Meet Asia, who joins the ranks of other Science Cheerleaders on the England Patriots cheerleading team, pursuing science careers. Look for them on Super Bowl Sunday!
You have a Bachelor of Science degree in Biology from UMass Amherst. Why Biology?
Asia: I have been interested in science ever since elementary school because I loved doing simple experiments and learning about different concepts. I decided to pursue a degree in biology because I thought it would be a major I would hold interest in for four years, and would also allow me to take the prerequisites necessary for medical school. I think my decision to attend medical school was really solidified during the time when my grandmother was sick as she suffered with Alzheimer’s disease for five years. My mother, an RN, fulfilled my grandmother’s primary wish to be kept at home and to not be put in a nursing home facility. Seeing my mother unselfishly sacrifice so much of her time and energy to put her own mother’s needs and care for her first really made me want to give that same attention and dedication to my own patients one day.
Favorite and/or least favorite courses you took to prepare for your degree?
Asia: My least favorite courses would have to be general chemistry and calculus II. Just thinking about derivatives makes my head spin! My favorite courses were those that combined humanities with biology, specifically in the Anthropology department. A course I took called Biology of Difference sticks out to me because it was mainly a discussion-based course that allowed students to form and express their own opinions on biological issues. The professor always gave us “both sides of the story” so that we were completely informed on the issue which allowed us to create our own informed opinions on the issue.
Which came first, your interest in science or cheerleading?
Asia: My interest in science preceded cheerleading. When I was younger, my favorite subjects in school were always science and math. I became interested in medicine at an early age. My mother is an RN, so she has always supported me in my decision to pursue a career in a science field.
Best part of your studies?
Asia: While I was in school, the best part of my day would be attending classes in which the subjects involved real world issues or topics that I could relate to my life. For example, I remember doing a project my senior year on Bisphenol A (BPA) for my developmental biology class. I learned just how prevalent this chemical was, and how controversial its use and effects are. This chemical is most dangerous when exposed to fetuses and young children because it can interrupt normal development, yet the FDA allows manufacturers to include this in everything from baby bottles and “sippy cups,” to dental sealants and beverage containers. I loved learning about these topics because it had a direct effect on me and my life. Being consciously aware of toxins and harmful substances such as this helps me make informed decisions in my everyday life.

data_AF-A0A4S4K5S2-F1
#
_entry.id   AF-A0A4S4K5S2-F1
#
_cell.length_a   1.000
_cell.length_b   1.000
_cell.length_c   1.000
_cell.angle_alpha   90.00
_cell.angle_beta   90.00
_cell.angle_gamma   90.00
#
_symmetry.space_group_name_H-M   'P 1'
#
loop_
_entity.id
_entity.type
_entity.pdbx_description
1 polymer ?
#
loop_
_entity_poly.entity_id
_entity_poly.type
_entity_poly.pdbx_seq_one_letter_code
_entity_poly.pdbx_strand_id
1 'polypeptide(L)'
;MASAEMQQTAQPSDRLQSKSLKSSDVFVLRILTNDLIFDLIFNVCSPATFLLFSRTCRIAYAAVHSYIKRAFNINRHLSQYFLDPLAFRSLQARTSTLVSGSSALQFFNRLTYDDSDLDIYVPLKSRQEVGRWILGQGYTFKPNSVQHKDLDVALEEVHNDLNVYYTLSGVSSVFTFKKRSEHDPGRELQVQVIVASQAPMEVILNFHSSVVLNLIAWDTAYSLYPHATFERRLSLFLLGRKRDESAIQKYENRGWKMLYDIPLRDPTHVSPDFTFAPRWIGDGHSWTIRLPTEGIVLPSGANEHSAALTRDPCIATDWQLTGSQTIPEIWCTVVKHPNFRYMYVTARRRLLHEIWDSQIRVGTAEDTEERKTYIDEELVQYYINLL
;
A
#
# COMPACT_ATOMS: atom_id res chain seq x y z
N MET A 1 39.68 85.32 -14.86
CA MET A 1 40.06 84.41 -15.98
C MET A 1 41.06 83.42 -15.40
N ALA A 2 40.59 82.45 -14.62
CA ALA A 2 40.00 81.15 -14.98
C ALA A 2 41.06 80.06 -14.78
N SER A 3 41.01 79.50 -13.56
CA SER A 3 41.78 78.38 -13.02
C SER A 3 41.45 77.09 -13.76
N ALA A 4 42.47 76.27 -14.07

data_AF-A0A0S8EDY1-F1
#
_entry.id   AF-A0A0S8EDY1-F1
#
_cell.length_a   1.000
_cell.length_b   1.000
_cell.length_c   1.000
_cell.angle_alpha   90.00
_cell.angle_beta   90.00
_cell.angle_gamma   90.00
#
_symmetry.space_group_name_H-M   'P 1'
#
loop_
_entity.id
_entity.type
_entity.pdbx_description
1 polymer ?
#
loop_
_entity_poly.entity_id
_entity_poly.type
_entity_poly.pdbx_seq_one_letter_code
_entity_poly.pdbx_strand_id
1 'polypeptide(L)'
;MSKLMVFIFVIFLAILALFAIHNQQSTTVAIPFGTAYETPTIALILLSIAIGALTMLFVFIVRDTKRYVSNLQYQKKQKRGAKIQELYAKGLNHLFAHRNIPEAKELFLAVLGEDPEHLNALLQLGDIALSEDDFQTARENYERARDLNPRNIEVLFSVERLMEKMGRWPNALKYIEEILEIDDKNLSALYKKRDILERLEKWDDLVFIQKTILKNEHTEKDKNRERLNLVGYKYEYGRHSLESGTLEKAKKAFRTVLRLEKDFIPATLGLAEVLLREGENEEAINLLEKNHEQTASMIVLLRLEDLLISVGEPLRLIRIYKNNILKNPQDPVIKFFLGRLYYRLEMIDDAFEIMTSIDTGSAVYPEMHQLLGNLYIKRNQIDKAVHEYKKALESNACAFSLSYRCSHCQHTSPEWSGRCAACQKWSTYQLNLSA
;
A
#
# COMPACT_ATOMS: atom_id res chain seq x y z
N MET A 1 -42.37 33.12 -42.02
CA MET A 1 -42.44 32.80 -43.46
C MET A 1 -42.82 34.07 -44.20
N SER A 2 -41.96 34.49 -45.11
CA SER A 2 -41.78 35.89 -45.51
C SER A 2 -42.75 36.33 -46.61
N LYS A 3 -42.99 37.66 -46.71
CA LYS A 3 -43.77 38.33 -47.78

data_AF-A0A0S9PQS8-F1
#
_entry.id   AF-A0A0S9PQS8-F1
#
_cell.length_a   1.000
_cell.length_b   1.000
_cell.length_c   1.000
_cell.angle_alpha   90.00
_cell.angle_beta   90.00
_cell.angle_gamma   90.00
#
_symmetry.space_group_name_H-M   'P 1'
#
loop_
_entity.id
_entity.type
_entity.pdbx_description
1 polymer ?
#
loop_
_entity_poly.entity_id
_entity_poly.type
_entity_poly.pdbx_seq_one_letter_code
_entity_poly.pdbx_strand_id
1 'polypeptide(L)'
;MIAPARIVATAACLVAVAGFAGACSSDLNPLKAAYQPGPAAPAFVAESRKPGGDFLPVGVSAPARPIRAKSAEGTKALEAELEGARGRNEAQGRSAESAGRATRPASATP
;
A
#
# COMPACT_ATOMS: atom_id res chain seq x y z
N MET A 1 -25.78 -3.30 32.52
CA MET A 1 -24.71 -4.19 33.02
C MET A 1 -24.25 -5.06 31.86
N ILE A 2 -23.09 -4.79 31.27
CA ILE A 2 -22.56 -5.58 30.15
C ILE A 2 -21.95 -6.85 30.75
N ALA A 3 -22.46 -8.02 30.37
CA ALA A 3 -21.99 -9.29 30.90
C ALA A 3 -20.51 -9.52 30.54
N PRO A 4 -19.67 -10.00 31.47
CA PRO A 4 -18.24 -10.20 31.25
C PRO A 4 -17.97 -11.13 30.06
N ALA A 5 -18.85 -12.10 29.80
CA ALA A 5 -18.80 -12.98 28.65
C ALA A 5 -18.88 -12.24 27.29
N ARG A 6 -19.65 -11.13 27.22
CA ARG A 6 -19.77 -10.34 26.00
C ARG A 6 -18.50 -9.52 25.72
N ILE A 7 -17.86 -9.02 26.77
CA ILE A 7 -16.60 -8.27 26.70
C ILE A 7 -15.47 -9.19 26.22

Do you find that stereotypes about cheerleaders helped or hindered your studies or professional experiences?
Asia: I think the stereotype could have potentially hindered certain experiences, but I typically don’t reveal that I am an NFL cheerleader unless it comes up in conversation. I am proud of my position on the team, and I believe that being humble is part of what makes the Patriots organization so special. By the time I tell someone that I’m a cheerleader, they have had ample time to form their own accurate account of who I am, rather than just going along with the stereotype. I firmly believe that if you hold that negative stereotype, you most likely have not met one of the ladies on the team.
Do you have any advice for youngsters who might feel torn between following one dream and another?